We parted on good terms, I hold no ill feelings against the Catholic church, but I cannot honestly consider myself Catholic and gloss over these crucial issues. If the doctrine of infallibility, immaculate conception, and the assumption where not Dogma then I’d be staying. But they aren’t, and the gradual change in the character of the papacy starting around time of the Gregorian reforms have led to a situation where the church has overreached.

This is a decision that has been a long time in the making, I could spend another two years rooting and digging, and I’m convinced now that I would still reach the same conclusion. I’m not an apologist, I’m not going to write any books on the papacy, I am simply someone who had to decide for himself where the truth was to be found. Fortescue was kind of the lynch pin for me, once I realized how weak his argument was on infallibility, there was no going back, the landslide had begun.

I came home Friday evening dispirited, but after a good stiff drink, and some time to talk things out with my wife. I decided at that point that I needed to move on, it was time to go east, stop putting off the inevitable, and get with the program.

So this Sunday, Michelle and I attended our first Great Liturgy service with the Christians at the local Antioch Eastern Orthodoxy parish. It was like entering a different world, the basic structure of the liturgy was the same, but the form was SOOOO different. We didn’t feel out of place, as much as lost trying to keep up with what was going on, we’ll get better as time goes by. We did decide that doing the Great Liturgy, and then the kneeling vespers was a little too much for these novices :)

Next Sunday we are visiting the local Greek Orthodox parish, they have this new invention called pews, so maybe our legs won’t hurt so much after a long service.


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4 Comments Post a comment
  1. Jun 7 2012


    Though I’m sorry to hear this in many ways, and of course though I do believe the Catholic Church is what she claims to be, I wish you well and look forward to reading future posts.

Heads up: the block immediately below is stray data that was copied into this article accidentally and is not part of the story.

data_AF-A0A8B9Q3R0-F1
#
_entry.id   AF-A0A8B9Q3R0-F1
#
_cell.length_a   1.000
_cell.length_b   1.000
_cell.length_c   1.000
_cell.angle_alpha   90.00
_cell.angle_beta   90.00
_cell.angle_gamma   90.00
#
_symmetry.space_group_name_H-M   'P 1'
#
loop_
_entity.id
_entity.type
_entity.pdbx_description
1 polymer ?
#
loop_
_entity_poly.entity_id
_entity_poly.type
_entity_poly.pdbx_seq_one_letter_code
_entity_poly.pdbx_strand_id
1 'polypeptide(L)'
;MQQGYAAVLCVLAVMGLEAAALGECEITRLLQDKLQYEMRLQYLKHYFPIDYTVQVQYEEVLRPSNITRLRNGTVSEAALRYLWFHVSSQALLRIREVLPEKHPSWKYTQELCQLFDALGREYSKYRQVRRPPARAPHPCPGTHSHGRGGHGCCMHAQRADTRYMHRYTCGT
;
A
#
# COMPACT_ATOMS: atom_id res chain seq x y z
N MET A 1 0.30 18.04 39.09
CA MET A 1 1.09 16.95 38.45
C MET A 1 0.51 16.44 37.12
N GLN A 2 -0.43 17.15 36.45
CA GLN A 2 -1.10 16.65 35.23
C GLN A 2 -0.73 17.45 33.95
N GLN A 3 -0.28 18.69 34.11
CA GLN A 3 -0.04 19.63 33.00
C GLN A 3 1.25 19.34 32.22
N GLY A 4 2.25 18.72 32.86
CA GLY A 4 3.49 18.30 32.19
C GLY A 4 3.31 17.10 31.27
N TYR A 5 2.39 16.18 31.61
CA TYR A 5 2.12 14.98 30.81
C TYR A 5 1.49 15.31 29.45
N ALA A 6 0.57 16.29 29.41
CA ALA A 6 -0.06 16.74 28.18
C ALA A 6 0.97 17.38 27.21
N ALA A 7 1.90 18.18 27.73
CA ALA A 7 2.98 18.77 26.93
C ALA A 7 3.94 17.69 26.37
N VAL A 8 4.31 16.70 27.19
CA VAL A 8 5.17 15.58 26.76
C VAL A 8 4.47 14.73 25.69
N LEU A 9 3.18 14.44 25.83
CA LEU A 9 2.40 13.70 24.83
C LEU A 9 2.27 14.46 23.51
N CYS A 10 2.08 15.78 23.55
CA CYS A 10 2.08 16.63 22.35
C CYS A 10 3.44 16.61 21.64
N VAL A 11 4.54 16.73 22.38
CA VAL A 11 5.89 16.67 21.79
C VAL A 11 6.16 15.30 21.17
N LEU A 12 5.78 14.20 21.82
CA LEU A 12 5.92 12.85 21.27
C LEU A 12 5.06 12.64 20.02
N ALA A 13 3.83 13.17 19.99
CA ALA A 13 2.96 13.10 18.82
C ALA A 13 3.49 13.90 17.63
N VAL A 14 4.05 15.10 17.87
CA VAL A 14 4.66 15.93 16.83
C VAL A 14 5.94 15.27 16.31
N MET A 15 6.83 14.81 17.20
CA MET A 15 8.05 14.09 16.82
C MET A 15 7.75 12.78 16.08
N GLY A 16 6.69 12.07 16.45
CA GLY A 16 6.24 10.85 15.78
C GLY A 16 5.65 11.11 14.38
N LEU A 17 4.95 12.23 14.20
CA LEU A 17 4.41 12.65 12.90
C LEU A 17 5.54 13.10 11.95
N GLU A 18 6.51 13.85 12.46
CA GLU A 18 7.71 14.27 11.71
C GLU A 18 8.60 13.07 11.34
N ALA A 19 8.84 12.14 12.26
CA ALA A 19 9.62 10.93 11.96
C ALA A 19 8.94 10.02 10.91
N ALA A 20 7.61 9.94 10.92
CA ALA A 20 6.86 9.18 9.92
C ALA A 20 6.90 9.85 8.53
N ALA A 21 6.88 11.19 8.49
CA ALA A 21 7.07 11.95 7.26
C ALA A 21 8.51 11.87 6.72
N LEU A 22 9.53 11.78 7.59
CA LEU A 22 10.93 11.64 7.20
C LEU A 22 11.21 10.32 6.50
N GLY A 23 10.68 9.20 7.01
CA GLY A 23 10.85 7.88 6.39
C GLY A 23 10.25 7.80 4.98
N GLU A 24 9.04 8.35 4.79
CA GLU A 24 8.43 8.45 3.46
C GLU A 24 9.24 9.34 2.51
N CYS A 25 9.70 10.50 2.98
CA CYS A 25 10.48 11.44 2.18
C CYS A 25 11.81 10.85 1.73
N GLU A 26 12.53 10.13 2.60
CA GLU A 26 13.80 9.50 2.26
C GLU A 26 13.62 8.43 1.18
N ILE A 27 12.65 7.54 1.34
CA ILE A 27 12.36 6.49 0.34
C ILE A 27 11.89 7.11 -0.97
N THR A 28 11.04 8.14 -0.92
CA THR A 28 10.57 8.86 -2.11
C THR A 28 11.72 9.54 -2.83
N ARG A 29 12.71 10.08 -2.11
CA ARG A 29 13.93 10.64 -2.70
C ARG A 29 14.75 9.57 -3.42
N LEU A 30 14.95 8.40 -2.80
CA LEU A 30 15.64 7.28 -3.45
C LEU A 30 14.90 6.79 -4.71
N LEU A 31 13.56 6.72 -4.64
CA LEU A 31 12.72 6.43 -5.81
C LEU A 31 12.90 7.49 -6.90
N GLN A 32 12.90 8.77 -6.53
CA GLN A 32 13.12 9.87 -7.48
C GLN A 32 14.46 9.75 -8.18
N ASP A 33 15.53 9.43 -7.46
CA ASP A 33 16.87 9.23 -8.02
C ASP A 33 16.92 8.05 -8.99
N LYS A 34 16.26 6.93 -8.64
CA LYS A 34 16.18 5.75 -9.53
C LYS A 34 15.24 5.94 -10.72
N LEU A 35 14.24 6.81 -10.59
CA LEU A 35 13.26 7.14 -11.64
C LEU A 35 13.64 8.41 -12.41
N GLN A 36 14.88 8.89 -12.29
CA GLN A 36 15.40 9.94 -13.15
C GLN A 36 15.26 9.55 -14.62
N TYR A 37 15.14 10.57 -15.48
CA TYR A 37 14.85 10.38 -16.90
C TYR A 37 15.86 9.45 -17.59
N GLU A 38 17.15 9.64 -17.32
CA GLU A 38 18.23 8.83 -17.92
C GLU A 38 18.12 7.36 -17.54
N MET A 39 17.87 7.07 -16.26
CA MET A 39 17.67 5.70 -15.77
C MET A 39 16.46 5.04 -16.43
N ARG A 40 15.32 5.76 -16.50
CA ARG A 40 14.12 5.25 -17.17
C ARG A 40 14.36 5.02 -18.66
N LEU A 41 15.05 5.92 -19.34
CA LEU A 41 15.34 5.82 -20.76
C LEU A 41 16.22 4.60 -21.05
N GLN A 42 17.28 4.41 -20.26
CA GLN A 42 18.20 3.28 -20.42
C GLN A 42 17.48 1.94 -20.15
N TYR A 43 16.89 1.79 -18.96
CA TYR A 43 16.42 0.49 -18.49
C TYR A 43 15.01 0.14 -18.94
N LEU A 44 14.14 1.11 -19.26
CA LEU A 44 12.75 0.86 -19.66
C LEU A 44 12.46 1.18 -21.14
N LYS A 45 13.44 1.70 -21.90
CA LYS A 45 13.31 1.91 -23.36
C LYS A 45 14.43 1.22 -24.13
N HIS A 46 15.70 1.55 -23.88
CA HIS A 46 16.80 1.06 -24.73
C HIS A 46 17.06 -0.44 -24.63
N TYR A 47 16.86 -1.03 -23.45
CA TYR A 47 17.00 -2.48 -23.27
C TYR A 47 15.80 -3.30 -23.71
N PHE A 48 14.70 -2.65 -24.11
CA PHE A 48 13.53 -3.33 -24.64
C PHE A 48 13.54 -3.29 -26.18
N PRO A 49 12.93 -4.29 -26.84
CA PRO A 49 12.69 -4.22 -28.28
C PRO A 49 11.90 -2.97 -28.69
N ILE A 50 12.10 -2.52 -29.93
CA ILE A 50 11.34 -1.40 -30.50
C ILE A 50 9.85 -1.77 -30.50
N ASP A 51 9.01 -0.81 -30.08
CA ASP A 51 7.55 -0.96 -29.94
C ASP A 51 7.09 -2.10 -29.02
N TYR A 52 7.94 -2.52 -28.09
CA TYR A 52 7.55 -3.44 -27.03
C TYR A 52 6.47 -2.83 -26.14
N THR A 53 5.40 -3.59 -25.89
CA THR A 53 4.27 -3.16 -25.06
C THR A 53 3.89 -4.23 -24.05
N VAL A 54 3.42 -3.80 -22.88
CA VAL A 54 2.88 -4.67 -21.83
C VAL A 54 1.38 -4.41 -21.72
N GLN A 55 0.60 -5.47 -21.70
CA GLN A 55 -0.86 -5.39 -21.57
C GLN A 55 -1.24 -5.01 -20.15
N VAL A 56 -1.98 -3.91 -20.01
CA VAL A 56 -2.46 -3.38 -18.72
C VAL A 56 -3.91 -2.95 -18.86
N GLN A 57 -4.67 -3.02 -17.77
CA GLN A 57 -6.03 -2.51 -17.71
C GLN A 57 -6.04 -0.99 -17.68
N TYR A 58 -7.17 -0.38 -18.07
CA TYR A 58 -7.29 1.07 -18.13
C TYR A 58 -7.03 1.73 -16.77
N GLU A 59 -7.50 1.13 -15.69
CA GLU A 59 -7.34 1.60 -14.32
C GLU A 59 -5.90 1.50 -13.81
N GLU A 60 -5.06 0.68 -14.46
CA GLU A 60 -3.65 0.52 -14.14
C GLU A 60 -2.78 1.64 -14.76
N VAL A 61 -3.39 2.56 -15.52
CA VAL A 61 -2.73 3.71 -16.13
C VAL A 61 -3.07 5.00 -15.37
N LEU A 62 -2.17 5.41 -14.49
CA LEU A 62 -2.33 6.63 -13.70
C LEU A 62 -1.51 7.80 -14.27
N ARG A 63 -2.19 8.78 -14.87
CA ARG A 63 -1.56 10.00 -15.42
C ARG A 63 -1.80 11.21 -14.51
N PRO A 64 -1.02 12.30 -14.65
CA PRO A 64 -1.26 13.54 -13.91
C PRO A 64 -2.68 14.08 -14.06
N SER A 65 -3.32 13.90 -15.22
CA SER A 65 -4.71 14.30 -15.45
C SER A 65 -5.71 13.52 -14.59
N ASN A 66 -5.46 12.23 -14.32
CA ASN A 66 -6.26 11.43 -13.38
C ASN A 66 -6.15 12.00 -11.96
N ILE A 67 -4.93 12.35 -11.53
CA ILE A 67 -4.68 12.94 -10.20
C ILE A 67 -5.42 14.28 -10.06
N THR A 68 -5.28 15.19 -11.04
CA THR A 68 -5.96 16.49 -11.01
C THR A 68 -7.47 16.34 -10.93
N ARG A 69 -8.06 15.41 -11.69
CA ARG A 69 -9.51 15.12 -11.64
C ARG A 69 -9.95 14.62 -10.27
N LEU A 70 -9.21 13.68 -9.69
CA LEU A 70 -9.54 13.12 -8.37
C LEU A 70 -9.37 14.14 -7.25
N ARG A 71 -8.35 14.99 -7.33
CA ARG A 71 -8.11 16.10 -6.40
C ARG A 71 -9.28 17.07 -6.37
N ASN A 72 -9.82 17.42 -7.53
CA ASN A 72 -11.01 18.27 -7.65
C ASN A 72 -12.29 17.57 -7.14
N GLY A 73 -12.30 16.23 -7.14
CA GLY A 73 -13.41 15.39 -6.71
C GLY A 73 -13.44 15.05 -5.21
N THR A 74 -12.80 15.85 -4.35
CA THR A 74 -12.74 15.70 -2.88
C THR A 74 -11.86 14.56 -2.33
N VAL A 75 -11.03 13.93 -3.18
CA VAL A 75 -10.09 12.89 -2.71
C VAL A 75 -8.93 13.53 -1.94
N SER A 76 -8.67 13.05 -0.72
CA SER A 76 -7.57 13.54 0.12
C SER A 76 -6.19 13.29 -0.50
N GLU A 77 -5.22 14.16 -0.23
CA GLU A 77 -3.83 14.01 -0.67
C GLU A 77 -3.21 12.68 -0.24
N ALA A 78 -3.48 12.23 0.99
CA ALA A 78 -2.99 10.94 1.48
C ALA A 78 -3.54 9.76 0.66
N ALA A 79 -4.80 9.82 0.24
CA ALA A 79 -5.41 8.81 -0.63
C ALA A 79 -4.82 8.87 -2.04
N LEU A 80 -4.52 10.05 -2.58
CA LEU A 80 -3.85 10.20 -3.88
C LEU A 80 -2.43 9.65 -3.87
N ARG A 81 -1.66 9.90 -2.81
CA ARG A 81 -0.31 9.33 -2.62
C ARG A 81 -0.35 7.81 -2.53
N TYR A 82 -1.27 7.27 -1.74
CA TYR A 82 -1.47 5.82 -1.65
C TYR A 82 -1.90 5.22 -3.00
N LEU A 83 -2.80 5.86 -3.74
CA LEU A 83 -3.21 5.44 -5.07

God bless!

  2. Jun 7 2012


    I know you are, I appreciate it and I understand, and very much respect your opinion and view of the church. We need more ecumenical Apologist who are willing to stop being right, and start being honest.

    I wish with all my heart that we could heal the schism, because then I’d have a much larger family. I think it would be AWESOME for some Catholics to see how seriously the Orthodox do their liturgy, and to show the Orthodox how beautiful the Western liturgy can actually be. It would go such a long ways to bring a more common understanding between the two.

    John Paul II wanted it fixed, as does Benedict, so my prayer is that we can fix this and soon.

    I’m mulling over some posts about how alien the whole experience has been to us, their liturgy is more complicated than the Catholic one, and I have yet to find a St. Josephs guide (and trust me, we got every penny out of ours)…



  3. Jun 15 2012

    Thanks Paul. Yes we must heal the schism, and by us I mean God working through people in the Church.

    I think it could happen in a century or two, but it will take good will on both sides, forgiveness, and humility in examining the history and theology. The fact is Catholic and Orthodox are very close in almost every important way. The gradual nature of how the schism occurred underscores this.

  4. Aug 22 2012

    Paul, hope you are feeling better. I ran across this article and wanted to share it with you: